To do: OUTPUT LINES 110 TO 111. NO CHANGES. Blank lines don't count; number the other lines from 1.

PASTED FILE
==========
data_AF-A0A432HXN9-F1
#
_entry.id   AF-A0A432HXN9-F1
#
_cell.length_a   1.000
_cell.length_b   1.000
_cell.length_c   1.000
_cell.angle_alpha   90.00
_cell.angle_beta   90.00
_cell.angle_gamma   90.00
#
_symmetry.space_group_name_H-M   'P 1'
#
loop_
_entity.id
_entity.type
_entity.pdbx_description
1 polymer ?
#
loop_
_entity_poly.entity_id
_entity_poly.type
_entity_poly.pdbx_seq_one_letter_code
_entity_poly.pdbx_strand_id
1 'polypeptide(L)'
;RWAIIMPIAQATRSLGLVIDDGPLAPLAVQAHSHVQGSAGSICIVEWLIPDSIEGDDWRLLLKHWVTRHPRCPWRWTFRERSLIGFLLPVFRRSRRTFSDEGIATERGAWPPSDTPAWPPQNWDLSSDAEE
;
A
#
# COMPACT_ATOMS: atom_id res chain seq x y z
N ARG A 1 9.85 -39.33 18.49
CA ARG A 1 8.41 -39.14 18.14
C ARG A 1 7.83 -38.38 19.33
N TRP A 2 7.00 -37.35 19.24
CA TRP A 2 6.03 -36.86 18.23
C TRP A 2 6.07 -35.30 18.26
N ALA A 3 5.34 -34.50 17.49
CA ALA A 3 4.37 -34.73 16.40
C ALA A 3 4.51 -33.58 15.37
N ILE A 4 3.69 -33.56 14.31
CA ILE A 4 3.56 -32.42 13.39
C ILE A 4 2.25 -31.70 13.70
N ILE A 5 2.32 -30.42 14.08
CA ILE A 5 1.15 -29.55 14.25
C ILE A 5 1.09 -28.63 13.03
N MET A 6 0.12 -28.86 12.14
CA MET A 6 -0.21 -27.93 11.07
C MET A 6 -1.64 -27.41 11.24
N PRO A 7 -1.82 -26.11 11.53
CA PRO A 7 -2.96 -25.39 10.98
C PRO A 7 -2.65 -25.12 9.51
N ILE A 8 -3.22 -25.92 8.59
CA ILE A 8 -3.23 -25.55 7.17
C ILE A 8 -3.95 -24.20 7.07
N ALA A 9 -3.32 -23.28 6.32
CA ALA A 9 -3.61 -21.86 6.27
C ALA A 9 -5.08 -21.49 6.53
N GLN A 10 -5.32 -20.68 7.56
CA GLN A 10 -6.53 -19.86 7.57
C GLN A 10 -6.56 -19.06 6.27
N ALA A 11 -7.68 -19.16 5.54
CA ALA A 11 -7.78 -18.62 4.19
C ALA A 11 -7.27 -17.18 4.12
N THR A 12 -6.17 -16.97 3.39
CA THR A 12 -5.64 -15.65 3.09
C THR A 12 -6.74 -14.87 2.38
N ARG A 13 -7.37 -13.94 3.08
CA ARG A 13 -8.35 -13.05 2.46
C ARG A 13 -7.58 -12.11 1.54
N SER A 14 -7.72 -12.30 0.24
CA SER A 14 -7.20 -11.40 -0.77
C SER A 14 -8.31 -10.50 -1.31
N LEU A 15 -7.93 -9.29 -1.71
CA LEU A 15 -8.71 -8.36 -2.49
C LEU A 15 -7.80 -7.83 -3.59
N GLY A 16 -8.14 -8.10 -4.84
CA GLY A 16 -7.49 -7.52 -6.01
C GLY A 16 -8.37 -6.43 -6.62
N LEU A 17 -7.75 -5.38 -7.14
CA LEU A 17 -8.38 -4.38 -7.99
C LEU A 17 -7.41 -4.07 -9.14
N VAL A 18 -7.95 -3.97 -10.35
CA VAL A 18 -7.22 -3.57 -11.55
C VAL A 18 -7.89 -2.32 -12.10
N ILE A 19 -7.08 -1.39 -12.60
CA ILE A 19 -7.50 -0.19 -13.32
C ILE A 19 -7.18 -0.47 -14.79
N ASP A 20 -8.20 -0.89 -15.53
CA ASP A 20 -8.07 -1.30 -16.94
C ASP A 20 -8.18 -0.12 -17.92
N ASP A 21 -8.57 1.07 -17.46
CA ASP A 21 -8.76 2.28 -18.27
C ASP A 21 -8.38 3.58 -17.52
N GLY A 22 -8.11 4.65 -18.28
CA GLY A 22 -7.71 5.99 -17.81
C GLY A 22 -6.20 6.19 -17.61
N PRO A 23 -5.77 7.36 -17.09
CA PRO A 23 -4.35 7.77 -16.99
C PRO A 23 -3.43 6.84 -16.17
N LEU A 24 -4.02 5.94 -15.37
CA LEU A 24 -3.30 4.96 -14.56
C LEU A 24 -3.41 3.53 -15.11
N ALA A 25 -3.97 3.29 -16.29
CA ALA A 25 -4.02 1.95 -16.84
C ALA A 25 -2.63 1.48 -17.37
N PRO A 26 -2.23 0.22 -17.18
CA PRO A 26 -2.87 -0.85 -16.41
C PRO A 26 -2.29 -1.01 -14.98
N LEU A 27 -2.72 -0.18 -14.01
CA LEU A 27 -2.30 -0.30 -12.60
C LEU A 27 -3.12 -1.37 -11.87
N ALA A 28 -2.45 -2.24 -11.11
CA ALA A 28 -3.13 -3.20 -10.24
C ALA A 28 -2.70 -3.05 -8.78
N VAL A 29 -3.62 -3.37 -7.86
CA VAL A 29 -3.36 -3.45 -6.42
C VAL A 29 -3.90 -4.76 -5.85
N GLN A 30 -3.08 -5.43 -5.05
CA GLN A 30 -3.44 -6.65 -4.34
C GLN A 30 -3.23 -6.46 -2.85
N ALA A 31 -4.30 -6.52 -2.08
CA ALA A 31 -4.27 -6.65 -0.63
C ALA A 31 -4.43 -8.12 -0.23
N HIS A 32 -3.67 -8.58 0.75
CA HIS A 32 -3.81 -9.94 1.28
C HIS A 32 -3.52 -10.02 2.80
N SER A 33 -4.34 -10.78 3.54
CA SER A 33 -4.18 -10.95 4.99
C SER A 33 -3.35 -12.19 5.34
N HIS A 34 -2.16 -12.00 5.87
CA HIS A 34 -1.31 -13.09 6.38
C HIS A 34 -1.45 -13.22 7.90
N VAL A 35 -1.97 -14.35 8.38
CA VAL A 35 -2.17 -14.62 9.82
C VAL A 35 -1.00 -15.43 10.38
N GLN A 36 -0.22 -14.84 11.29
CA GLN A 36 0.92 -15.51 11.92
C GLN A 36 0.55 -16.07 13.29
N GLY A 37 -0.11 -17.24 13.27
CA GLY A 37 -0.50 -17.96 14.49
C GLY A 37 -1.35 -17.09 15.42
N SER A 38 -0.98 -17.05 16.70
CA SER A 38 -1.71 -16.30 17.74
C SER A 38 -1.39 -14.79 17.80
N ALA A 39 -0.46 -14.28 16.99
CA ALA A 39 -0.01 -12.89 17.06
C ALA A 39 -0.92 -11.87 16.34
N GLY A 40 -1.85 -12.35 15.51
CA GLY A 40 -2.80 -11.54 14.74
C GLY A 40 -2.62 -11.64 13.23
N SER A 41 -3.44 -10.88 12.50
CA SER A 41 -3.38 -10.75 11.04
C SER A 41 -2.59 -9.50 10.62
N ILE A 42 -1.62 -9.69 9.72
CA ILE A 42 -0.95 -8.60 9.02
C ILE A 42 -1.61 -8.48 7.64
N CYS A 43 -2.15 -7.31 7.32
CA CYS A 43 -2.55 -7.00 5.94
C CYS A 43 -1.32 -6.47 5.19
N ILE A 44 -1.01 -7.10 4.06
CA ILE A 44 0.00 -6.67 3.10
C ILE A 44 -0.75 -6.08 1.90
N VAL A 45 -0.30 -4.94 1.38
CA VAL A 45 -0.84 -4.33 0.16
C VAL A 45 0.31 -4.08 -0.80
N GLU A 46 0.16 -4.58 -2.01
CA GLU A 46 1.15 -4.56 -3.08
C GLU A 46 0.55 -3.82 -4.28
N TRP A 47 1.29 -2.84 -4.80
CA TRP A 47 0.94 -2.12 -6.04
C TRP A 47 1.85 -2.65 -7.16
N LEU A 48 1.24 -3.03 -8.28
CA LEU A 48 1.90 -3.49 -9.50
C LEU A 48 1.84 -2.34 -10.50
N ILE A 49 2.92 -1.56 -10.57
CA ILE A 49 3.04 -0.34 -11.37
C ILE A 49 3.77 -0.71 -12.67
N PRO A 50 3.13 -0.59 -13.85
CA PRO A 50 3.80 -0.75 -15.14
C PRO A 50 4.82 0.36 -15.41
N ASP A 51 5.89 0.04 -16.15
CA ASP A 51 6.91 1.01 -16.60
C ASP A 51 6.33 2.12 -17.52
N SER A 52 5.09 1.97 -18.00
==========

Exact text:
CA LEU A 27 -2.30 -0.30 -12.60
C LEU A 27 -3.12 -1.37 -11.87